I'll tell you what: JR Ward gave me my money's worth with Lover Reborn
. A far cry from the anemic Lover Unleashed, this book is massive in scale. It brought me back to the characters I care about. It gives the primary romance the attention it is due, and weaves in subplots that interest me. Ward revisits old relationships and lays the groundwork for new ones. She made me laugh; She made me cry; She made me curse. She took me on a journey and made me glad to be back in Caldwell.
I wasn't happy with the idea of Tohr getting a new mate. I've never gotten over Wellsie's death. And I figured that if I couldn't get over it, surely he shouldn't be over it either. But once I started reading the book, I realized that the whole point of the story is that he's not over it. He can't let Wellsie go and by holding onto her so desperately, he is preventing her from going into the Fade. Wellsie and her baby are trapped in the In Between and their spirits are fading. As Lassiter explains, either Tohr finds a way to let go, or there will be nothing left of the woman he loved.
The story begins just weeks after the events of Lover Mine
and it felt more like a continuation of that book than the last one. (Thank goodness for that.) No'One is staying with the Brotherhood, hoping for a chance to get to know her daughter. She finds herself becoming friends with Tohr. She knows he still mourns his wife, which makes her more comfortable around him than other men. Their friendship --and Lassiter's prompting-- lead her to offer her blood to him when he's in need. And from there, the bond between them grows.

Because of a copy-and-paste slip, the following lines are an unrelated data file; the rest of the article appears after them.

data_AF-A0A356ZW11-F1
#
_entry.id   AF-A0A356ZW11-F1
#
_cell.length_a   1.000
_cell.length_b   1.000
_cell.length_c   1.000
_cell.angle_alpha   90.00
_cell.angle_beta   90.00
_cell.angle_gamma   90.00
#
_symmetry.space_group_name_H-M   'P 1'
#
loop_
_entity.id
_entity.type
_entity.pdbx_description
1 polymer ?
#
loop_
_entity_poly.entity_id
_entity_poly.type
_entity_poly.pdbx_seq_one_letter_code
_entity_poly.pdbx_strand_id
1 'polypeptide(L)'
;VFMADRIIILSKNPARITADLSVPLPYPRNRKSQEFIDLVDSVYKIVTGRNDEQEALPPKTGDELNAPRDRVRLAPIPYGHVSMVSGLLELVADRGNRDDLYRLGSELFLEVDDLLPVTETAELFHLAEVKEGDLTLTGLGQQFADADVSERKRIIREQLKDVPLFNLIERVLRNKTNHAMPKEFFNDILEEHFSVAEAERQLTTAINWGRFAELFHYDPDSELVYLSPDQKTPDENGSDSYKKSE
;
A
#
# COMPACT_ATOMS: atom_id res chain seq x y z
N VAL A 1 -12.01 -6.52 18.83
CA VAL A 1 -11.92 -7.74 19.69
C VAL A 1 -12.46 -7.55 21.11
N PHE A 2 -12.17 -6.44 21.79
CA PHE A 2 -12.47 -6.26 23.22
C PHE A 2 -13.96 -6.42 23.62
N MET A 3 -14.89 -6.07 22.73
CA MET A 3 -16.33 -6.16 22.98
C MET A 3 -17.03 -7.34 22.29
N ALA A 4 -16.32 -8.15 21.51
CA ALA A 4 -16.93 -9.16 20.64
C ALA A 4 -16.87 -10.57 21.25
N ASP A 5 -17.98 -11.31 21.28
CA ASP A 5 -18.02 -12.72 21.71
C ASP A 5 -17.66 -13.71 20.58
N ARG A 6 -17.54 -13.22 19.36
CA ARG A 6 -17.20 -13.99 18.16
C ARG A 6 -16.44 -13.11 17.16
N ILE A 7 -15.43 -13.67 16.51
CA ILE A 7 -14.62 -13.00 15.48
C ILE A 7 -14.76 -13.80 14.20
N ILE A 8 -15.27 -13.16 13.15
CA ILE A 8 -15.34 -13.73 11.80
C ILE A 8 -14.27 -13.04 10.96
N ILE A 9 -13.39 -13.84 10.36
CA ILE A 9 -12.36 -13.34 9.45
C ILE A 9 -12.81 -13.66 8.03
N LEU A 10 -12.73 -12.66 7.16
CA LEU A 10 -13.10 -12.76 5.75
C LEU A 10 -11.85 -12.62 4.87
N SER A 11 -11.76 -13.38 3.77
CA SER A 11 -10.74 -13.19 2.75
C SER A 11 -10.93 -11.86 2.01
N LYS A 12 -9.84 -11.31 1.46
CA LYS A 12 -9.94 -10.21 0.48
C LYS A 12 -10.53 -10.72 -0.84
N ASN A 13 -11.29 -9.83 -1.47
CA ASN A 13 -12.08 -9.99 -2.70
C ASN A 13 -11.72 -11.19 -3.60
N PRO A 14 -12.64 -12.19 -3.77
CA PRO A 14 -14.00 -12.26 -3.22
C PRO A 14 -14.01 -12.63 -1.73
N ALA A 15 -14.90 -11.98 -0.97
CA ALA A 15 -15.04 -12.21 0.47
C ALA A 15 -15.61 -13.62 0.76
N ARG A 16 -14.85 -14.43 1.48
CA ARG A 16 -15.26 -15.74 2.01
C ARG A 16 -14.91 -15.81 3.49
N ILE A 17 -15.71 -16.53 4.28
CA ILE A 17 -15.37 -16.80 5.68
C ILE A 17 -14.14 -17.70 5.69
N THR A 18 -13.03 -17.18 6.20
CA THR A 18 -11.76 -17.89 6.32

It's definitely not an easy road and it's one filled with starts and stops. (And I felt it drag occasionally, especially early on.) Tohr's grief is tangible, but there are times his behavior is extreme and harsh. No'One is a difficult heroine to get excited about. She is meek and subservient, broken and pitiful. She puts up with alot of crap and sometimes stretches the limits of believability in how accommodating she is. But at least that is addressed as the story progresses. I like that their relationship is an evolution; that there is no quick fix. And we see them move forward through trial and error.
While all this is going on, the main b-plot is focused on Xhex and John Matthew. The honeymoon phase of their relationship is over quickly. And they are struggling to reconcile Xhex's warrior nature with John's instincts as a bonded male. I loved this part of the book. I've always had a real soft spot for these two and their problems make total sense within the world-building of the series.
We're also brought back into the Band of Bastards and their plans to overthrow the king. And in doing so, Ward sets up a fabulous possibility that I never saw coming to get rid of give an HEA to Layla. Alas, it doesn't happen soon enough. The one thing I feared most would happen in this book, does indeed come to pass. I'm sorely disappointed Ward picked this predictable route. Without telling you outright what happens, I will simply remind you what a big Qhuay fan I am and leave it at that.
Before I find myself back in the cursing fit this initially brought on, I'm going to skip to the end. The end, which was amazing. I cried and cried and cried. Ward saved the most powerful punch for the last few chapters and left me feeling satisfied, optimistic, and excited for what's ahead.
I'll leave you with my favorite line of the book: "Our future has come." You'd better deliver on that, JR Ward. Verily. 4 stars.